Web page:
Japan Automakers Call For End To U.S. Export Restraints
Oct. 01, 1986
TOKYO (AP) _ Japan's automakers have called on the government to end the country's voluntary restraints on automobile exports to the United States when the fiscal year ends in March, according to a government official.
The Ministry of International Trade and Industry official said Wedensday that the automakers made the request at a meeting between top auto industry leaders and the head of the ministry, Hajime Tamura.
The automakers said the quota, which puts a 2.3 million-vehicle cap on auto exports to the United States for the year ending in March, no longer was necessary. The companies said the strengthening of the Japanese yen against the dollar, which makes Japanese products more expensive in the United States, would prevent them from selling many additional cars on the U.S. market.
In the past year, the yen has risen by more than 35 percent against the dollar. Many Japanese manufacturers have raised prices to make up for the shift in exchange rates, while others have cut their profit margins to keep prices steady.
The export restraints, which are now in their sixth year, were intended to defuse protectionist sentiment in the United States.
The ministry official, who spoke on condition of anonymity, quoted Tamura as saying the government had not yet decided whether Japan would continue the limits.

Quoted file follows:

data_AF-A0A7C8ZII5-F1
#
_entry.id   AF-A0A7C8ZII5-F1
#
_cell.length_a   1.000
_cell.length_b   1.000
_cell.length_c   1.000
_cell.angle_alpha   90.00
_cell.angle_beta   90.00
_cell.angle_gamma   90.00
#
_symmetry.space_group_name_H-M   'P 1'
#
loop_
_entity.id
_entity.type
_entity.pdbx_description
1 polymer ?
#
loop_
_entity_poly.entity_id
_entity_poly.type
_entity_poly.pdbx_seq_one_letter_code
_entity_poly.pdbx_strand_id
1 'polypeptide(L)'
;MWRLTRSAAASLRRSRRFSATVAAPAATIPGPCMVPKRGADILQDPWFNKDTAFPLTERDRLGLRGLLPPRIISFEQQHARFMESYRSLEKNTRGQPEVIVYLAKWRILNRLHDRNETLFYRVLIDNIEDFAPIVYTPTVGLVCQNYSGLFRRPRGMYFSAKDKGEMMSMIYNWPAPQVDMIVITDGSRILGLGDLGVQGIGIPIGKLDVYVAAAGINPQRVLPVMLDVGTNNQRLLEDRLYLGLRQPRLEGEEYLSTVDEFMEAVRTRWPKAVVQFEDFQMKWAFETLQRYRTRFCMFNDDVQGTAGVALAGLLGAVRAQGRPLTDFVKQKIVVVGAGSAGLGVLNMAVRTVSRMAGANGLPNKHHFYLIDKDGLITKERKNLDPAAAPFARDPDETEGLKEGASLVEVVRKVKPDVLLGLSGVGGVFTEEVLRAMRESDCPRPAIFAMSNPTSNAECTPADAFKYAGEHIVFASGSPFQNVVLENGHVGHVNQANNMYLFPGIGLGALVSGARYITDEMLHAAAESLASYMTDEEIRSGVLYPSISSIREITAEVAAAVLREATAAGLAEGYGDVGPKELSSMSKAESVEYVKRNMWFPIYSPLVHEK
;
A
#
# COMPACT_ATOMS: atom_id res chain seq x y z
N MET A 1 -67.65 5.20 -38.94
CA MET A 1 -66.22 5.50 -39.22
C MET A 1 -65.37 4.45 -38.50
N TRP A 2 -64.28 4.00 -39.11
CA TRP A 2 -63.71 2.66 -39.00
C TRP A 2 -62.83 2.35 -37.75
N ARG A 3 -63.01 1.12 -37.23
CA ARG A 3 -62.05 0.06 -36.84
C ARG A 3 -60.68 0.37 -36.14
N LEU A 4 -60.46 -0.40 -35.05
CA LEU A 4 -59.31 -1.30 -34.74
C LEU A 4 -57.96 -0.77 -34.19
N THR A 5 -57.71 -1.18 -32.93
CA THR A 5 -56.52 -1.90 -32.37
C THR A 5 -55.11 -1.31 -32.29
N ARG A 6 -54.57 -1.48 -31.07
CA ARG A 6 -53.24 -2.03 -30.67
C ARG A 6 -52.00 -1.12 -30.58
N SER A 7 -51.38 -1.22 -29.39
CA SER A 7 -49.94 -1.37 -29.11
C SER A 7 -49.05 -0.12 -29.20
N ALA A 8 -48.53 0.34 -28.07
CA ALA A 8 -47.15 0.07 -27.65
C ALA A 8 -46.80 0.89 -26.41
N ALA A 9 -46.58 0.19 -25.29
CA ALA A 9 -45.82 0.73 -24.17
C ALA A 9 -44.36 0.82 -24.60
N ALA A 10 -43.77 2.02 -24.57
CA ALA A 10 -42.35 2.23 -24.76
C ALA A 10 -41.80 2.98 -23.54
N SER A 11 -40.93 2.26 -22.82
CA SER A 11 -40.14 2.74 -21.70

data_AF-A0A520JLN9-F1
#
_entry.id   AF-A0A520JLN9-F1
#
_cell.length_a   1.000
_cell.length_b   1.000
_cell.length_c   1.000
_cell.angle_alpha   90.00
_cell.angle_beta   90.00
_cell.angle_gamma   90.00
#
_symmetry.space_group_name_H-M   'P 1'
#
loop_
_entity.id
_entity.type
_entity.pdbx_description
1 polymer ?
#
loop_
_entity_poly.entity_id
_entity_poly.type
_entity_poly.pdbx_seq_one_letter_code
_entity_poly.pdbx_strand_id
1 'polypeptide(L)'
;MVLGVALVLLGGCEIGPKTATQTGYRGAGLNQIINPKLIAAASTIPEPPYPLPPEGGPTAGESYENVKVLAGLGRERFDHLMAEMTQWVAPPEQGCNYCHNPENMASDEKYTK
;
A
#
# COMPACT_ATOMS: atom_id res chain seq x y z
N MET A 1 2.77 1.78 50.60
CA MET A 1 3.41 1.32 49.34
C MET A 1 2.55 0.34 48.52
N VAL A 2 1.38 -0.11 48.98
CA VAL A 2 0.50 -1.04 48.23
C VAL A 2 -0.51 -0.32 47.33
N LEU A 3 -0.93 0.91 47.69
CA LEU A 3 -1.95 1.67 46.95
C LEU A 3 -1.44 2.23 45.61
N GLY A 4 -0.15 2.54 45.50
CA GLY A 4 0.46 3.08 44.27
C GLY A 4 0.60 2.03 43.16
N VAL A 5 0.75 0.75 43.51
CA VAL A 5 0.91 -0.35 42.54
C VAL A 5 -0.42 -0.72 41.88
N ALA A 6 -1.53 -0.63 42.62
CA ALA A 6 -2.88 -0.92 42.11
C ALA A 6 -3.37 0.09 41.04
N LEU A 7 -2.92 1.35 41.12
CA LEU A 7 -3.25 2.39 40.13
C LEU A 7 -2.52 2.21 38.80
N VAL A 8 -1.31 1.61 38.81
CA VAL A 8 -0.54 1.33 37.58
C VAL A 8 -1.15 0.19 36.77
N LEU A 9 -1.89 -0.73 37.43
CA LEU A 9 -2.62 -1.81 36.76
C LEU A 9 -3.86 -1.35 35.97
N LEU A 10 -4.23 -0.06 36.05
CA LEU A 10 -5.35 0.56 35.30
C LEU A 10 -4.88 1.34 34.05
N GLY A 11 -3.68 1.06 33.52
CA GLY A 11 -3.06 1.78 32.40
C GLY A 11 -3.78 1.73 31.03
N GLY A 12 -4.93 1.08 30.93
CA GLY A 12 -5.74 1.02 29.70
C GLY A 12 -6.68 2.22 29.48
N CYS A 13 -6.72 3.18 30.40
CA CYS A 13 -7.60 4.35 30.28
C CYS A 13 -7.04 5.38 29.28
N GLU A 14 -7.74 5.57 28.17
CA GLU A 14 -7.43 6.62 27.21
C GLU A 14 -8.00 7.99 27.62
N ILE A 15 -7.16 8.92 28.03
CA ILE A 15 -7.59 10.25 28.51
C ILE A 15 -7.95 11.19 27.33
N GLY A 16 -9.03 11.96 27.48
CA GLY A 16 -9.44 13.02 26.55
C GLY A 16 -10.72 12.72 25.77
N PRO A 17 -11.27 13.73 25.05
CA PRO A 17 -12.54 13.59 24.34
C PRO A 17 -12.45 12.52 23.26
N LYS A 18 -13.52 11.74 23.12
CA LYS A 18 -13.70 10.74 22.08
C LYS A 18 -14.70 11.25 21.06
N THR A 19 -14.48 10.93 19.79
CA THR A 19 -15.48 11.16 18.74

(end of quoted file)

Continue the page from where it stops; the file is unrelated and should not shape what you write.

Japanese exports of cars, trucks and buses to the United States in the January-June period of this year rose by 18.4 percent over the same period last year to 1,706,597 vehicles.
Meanwhile, an official of Nissan Motor Co., Japan's second largest auto maker, said Nissan will start increasing its imports of U.S. auto parts this month.
Kenkichi Shibata said the company will import 20,000 sealed beams per month for 10,000 trucks for export use to the United States and Canada from the Stamford, Conn.-based GTE Products Corp.
He refused to disclose the value of the parts.
Nissan in Japan has not done business with GTE Products Corp. before, but its U.S. subsidiary imports parts from the firm, ''so we know their products are reliable and of good quality,'' Shibata said.
The United States has long pressed Japanese auto manufacturers to purchase more U.S.-made auto parts, saying U.S parts are as cost efficient and of as high quality as Japanese products.
Japanese auto makers, however, traditionally rely on long-term ties with their affiliated suppliers, and foreign compeititors claim such close business links exclude them from selling in this country.
U.S. sales here amount to less than one percent of the auto parts market.